Resume Help/Cover Letter help


Dear Dr. Converse,

The job I am applying for doesn't require a cover letter.  The announcement says it is optional.  Do you recommend I send one or is it okay to leave it off?  If I don't include one with my application, do you think it will hurt my job chances?  Thanks.

Hi Mariel,

This is becoming a more frequent practice by employers though I am not certain why.  The cover letter is your opportunity to tell your story in narrative form.  It gives you a chance to link your skills and qualifications to the needs of a particular employer.  That is the main purpose of the cover letter.  

There is a school of thought today that cover letters serve no purpose and employers don't read them anyway.  I'm sure that is true for some employers.  But I can assure you that it is not true for all - or even a majority of - employers.  As someone who has reviewed tens of thousands of application packages over the years, I can assure you that the cover letter was always the first thing I looked at to see what kind of individual the applicant was.  I wanted to know if they could express themselves in a professional way through the written word.  In this world of tweets and texts, the ability to write coherently is becoming more rare.  But that doesn't mean that it is becoming less important.  And my interviews with hundreds of employers over the years tell me that I am not the only one who feels that way.

The question you have to ask yourself is: "Am I willing to leave the cover letter out of my application package knowing that there are competitors for this job who will include one?"  This is a rhetorical question.  I hope your answer is "No."  If the letter is "optional" then you certainly have the choice to leave it out.  But why would you do that?  When I interviewed those employers I referred to above, I was doing it in preparation for writing one of my books on job searching.  Some of them actually told me they made the cover letter optional as bait.  In the words of one of them, "I wanted to see who the lazy ones were."  I am sure that many employers who make the letter optional mean what they are saying: it's optional and your inclusion of one - or not - will not materially affect your chances at the job.  But how do you know whether the option is sincere or bait?  The answer is you don't.  

So, my direct answer to your first question is yes, I recommend you send a letter.  If you do, you have the opportunity to tell your story and there is absolutely no down side to this choice.  An employer may choose not to read it, but you have no way to know if they will or they won't.  So, include the letter with the knowledge that you can only enhance your chances at the job, not hurt them.  If you choose not to include a letter, there is the possibility of a definite downside, so why take that chance?  You have everything to gain and nothing to lose by writing a sincere and well-crafted cover letter.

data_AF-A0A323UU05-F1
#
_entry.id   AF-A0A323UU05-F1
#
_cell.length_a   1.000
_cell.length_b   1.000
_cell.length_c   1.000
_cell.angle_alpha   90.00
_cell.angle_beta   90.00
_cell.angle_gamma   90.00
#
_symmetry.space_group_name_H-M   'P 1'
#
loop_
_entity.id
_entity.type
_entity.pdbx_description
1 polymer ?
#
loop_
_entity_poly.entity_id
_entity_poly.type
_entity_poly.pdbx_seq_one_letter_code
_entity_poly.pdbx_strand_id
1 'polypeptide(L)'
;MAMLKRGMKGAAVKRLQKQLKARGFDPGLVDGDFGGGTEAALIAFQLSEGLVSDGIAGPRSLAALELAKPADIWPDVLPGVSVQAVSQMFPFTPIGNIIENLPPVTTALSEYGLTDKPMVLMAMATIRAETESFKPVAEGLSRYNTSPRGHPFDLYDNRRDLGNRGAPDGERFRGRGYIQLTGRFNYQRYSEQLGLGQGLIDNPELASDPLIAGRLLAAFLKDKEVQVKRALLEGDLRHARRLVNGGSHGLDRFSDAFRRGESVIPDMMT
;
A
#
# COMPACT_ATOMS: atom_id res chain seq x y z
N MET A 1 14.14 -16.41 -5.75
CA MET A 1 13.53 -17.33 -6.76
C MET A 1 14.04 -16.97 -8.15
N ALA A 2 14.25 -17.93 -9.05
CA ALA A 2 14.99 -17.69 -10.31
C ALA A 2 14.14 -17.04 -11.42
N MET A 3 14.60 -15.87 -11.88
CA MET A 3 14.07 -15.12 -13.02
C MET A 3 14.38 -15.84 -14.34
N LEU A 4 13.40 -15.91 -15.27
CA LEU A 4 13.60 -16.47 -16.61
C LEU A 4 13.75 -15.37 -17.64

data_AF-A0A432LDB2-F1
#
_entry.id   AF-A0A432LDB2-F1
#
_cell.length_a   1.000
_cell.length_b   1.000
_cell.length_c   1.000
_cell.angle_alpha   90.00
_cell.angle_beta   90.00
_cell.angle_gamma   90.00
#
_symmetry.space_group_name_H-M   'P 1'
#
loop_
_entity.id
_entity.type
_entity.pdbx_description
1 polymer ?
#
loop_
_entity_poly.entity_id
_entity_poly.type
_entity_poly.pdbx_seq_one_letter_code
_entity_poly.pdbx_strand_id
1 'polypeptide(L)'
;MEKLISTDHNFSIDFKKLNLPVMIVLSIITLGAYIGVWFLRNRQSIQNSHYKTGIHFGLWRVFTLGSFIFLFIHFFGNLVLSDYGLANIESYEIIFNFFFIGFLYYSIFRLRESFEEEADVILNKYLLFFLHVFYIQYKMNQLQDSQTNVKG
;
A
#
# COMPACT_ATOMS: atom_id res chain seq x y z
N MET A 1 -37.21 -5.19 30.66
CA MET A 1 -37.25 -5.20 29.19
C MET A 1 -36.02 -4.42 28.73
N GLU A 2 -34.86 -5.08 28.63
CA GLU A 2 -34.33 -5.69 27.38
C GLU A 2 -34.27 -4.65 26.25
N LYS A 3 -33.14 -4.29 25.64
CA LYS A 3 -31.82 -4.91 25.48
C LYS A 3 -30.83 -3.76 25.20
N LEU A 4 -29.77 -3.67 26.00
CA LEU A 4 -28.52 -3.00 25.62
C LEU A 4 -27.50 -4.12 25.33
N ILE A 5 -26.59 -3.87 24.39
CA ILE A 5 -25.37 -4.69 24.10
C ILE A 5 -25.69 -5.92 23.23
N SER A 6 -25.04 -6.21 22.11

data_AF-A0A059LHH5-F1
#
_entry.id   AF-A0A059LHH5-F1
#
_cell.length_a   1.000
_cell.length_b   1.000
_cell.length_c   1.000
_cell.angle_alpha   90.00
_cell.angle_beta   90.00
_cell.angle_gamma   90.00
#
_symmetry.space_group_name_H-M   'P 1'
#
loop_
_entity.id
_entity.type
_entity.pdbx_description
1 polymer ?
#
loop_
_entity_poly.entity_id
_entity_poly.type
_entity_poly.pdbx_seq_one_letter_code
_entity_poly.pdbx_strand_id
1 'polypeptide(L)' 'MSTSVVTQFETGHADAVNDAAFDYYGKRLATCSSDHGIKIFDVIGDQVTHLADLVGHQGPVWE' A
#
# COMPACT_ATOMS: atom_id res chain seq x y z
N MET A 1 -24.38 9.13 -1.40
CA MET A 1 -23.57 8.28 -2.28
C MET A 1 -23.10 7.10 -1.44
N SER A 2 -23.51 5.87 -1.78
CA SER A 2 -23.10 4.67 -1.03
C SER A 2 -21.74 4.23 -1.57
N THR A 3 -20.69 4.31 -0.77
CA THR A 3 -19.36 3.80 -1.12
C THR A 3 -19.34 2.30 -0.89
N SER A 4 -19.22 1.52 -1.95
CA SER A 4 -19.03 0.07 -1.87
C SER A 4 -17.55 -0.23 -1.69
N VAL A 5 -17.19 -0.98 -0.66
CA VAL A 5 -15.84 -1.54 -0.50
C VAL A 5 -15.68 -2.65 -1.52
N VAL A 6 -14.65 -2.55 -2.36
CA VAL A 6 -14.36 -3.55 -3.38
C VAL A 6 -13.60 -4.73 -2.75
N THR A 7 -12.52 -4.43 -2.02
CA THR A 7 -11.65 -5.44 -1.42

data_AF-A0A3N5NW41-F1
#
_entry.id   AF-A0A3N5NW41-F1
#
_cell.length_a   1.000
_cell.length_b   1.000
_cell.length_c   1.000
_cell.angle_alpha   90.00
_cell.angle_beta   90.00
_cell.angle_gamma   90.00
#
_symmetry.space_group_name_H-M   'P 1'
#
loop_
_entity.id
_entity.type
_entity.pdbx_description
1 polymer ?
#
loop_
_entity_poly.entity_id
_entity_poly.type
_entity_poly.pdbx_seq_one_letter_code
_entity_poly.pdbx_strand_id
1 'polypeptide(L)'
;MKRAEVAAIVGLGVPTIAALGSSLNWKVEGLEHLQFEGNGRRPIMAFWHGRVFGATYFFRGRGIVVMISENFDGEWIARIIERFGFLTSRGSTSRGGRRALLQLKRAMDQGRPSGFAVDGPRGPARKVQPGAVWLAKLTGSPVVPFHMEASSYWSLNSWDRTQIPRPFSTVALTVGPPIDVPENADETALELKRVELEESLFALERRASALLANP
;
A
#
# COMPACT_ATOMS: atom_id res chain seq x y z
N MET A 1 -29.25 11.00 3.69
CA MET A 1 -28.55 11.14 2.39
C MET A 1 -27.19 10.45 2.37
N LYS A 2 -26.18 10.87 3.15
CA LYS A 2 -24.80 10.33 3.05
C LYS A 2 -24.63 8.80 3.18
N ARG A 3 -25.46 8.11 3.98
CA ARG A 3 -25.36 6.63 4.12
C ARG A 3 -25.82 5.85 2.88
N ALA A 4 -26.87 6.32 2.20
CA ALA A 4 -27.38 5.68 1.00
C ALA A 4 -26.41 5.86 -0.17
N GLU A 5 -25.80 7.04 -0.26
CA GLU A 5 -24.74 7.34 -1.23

If you need help with this, send me a draft of your letter as an email attachment to the address below and I'll be happy to critique it for you.

Best wishes,

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Ralph D. Converse, Ph.D.


I can answer questions about general job searches, resume construction, crafting an effective cover letter, and how to prepare for, and conduct, a winning interview. My speciality is the field of education, but I also have extensive background in business and administration. I know what works and what doesn't work and I can make your application package stand out from the rest ... because that is what you have to do.


I have interviewed for, and held, dozens of jobs in a career going back more than 42 years. I have taught at all educational levels including middle school, high school, community college, and university. In more than 42 years of experience on both sides of the job-search process, I have interviewed hundreds of applicants and have reviewed literally tens of thousands of job application packages. I am the author of 12 Mistakes That Got Your Job Application Rejected ... And How To Fix Them! I conduct workshops for job seekers in a variety of locations every year.

Music Educator's Journal, Teaching Music, Music and American Culture (forthcoming, 2013), Last Teacher Standing: The Job is Yours Now! and 12 Mistakes That Got Your Job Application Rejected ... And How To Fix Them!

B.A. New Mexico State University; M.Mus. Southern Illinois University; Ph.D. University of California and University of North Texas

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